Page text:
Soi Spa can be found on the 6th floor and rooftop of 44 Nguyen Hue, overlooking Sunwah Tower. Founded by Quyen Nguyen, the concept is simple – to provide an instant getaway, affordable and for people with hectic lifestyles.

Situated in the middle of District 1, it’s proving popular with the city’s many office workers attracted to the high-end service, reasonable prices and the opportunity to escape their busy lives, if only for a short time.

Quyen understands her customers well – a former Brand Manager in the retail industry, she was once one of them.  Constantly strapped for time, she struggled with getting her hair and nails done and had limited choices where to go.  High-end spas charged exorbitant prices for a young professional, and more affordable places didn’t provide the experience she was looking for.

What she wanted as much as getting her hair done was somewhere to get away from it all. Somewhere to switch off for a while, if only an hour.  Somewhere to chillax at lunchtime and get her nails done. Or pamper for the evening ahead after a busy day at work. “I wanted somewhere for the young professional who works hard but spends wisely” she explains to me.

Quyen describes her customers as millennials.  “They work hard”, she tells me. “They are cultured, well-travelled and have a high sense of aesthetics.  They want the better things in life but are prudent with their money.  I wanted to create a space for them to feel relaxed in, pampered, but at a price they feel comfortable paying.  This was my vision, my concept. Something new, different”.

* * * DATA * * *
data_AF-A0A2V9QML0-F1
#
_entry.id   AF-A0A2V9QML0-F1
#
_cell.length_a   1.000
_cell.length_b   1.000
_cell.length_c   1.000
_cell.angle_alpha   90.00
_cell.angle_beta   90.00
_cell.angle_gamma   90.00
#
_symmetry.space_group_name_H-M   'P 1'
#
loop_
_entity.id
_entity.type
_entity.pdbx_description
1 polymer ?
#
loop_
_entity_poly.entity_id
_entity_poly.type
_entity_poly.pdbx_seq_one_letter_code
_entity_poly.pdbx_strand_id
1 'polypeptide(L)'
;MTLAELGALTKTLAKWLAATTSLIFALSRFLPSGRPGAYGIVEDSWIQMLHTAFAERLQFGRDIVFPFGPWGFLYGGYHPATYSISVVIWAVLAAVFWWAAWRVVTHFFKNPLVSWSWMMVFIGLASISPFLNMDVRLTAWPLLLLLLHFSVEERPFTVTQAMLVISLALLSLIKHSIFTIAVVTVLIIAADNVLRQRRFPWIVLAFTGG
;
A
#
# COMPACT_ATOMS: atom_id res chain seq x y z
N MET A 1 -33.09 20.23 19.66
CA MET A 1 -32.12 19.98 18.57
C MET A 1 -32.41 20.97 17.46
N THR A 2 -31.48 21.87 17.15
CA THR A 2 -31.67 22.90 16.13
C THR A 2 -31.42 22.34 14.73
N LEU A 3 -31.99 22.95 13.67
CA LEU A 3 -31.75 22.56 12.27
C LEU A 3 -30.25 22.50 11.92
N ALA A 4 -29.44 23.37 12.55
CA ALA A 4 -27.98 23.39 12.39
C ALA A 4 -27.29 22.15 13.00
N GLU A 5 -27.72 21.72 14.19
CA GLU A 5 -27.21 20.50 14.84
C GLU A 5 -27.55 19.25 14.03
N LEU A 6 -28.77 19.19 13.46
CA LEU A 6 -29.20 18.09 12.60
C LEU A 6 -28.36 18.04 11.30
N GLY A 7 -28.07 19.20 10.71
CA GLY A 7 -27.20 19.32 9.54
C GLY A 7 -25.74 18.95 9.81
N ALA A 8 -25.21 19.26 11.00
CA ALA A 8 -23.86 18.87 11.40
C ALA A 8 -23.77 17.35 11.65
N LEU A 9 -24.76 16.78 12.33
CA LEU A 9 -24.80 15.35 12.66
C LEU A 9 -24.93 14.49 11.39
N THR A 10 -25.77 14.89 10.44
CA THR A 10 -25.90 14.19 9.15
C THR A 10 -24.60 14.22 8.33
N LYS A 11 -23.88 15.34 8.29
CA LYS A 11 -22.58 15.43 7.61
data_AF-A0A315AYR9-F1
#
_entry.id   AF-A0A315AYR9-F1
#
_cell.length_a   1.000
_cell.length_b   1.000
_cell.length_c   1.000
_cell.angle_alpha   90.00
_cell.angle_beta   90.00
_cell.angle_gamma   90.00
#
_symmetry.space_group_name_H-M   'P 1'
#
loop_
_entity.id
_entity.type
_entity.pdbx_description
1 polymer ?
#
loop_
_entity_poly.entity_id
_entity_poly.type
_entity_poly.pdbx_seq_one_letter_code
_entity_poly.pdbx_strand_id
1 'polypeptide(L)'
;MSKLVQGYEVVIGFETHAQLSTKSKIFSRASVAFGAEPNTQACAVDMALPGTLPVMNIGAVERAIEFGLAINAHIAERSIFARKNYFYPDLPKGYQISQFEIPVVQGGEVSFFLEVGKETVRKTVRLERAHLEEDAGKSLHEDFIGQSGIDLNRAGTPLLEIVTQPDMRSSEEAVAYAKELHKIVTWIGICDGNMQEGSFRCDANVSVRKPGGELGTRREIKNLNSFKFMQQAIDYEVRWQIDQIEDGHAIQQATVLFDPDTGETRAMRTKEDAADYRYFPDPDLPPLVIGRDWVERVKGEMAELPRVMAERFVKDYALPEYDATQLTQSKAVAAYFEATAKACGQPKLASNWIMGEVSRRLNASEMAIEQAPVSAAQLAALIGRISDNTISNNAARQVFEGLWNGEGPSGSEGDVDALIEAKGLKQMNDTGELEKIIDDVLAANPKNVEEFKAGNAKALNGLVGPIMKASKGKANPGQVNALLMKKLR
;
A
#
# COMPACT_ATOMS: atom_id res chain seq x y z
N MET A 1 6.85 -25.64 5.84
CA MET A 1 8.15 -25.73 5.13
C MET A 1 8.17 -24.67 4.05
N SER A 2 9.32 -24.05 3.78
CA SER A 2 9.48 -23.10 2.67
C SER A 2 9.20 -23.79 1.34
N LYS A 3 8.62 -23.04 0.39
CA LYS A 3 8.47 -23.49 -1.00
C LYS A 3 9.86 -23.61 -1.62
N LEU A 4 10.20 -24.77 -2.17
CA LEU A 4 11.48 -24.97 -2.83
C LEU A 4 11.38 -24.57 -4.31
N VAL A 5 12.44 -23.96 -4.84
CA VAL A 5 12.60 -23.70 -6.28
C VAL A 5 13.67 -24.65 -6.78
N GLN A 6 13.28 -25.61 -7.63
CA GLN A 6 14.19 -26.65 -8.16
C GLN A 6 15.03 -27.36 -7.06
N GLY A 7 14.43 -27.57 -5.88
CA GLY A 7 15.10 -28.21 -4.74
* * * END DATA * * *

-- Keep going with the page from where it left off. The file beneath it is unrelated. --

Excited, she took the plunge, quit her job and set about looking for a suitable location.  “I was lucky. A friend of mine told me of premises on Nguyen Hue with a rooftop. It was perfect. How many spas do you know where you can relax on a terrace, with a glass of wine, watch the sunset and have your nails done at the same time?” she asks me.

“Soi means pebble in Vietnamese”, Quyen explains, and the reception area is a sea of small, polished stones set into a coloured concrete and that leads the way into the treatment room. “I wanted to create a space that feels natural, yet clean and clear at the same time”. 

The walls are white with aquatic murals, and a timbered beam ceiling gives the space a slight rustic feel. The two walls facing out over Nguyen Hue are glass, filling the room with natural light and offering great views of the pedestrian street below.

The downstairs treatment area can accommodate approximately 10 patrons at a time. Large, comfortable, reclining chairs sit on raised platforms and hair washing stations, partitioned with muslin drapes, combine as relaxing massage tables. Soft music plays in the background as ladies sit with their feet soaking in glass bowls with their hands tended to by attentive staff.

Up the stairs is the terraced rooftop. A large, open space, painted white with a beamed roof, this time metal rather than wood.  There is a bar in one corner offering beer, wine, bubbles and juices, and barstools around the open outer walls, with more views of Nguyen Hue below. The atmosphere is that of the getaway space Quyen wanted to create, and there are more treatment chairs ready for the promised relaxation.